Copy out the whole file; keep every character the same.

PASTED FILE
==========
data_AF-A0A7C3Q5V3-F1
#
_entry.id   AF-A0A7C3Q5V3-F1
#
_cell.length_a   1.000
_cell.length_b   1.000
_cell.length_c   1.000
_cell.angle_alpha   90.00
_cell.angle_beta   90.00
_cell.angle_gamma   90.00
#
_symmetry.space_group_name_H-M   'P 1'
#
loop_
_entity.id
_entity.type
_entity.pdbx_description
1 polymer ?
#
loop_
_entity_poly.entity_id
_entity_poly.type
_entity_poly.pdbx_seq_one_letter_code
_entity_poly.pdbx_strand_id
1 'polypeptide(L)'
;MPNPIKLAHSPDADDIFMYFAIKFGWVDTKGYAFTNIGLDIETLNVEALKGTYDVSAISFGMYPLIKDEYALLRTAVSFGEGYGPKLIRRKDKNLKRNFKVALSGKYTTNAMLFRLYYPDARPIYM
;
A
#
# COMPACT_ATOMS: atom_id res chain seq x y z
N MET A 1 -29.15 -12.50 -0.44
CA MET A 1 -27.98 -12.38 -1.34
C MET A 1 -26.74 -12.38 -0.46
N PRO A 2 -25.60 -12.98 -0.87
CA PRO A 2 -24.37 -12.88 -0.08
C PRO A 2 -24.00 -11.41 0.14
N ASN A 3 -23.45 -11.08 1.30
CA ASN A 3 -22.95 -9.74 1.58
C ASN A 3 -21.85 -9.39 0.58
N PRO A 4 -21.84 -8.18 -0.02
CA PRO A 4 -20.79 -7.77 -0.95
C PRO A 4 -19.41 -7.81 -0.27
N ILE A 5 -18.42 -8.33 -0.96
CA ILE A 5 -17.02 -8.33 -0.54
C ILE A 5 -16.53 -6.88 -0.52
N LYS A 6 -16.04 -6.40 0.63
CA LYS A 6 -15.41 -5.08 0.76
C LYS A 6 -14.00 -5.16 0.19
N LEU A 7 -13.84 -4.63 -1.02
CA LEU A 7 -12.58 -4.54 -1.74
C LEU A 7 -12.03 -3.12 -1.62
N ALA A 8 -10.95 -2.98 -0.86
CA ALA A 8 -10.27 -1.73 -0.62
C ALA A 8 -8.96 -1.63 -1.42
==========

data_AF-A0A7C3Q5V3-F1
#
_entry.id   AF-A0A7C3Q5V3-F1
#
_cell.length_a   1.000
_cell.length_b   1.000
_cell.length_c   1.000
_cell.angle_alpha   90.00
_cell.angle_beta   90.00
_cell.angle_gamma   90.00
#
_symmetry.space_group_name_H-M   'P 1'
#
loop_
_entity.id
_entity.type
_entity.pdbx_description
1 polymer ?
#
loop_
_entity_poly.entity_id
_entity_poly.type
_entity_poly.pdbx_seq_one_letter_code
_entity_poly.pdbx_strand_id
1 'polypeptide(L)'
;MPNPIKLAHSPDADDIFMYFAIKFGWVDTKGYAFTNIGLDIETLNVEALKGTYDVSAISFGMYPLIKDEYALLRTAVSFGEGYGPKLIRRKDKNLKRNFKVALSGKYTTNAMLFRLYYPDARPIYM
;
A
#
# COMPACT_ATOMS: atom_id res chain seq x y z
N MET A 1 -29.15 -12.50 -0.44
CA MET A 1 -27.98 -12.38 -1.34
C MET A 1 -26.74 -12.38 -0.46
N PRO A 2 -25.60 -12.98 -0.87
CA PRO A 2 -24.37 -12.88 -0.08
C PRO A 2 -24.00 -11.41 0.14
N ASN A 3 -23.45 -11.08 1.30
CA ASN A 3 -22.95 -9.74 1.58
C ASN A 3 -21.85 -9.39 0.58
N PRO A 4 -21.84 -8.18 -0.02
CA PRO A 4 -20.79 -7.77 -0.95
C PRO A 4 -19.41 -7.81 -0.27
N ILE A 5 -18.42 -8.33 -0.96
CA ILE A 5 -17.02 -8.33 -0.54
C ILE A 5 -16.53 -6.88 -0.52
N LYS A 6 -16.04 -6.40 0.63
CA LYS A 6 -15.41 -5.08 0.76
C LYS A 6 -14.00 -5.16 0.19
N LEU A 7 -13.84 -4.63 -1.02
CA LEU A 7 -12.58 -4.54 -1.74
C LEU A 7 -12.03 -3.12 -1.62
N ALA A 8 -10.95 -2.98 -0.86
CA ALA A 8 -10.27 -1.73 -0.62
C ALA A 8 -8.96 -1.63 -1.42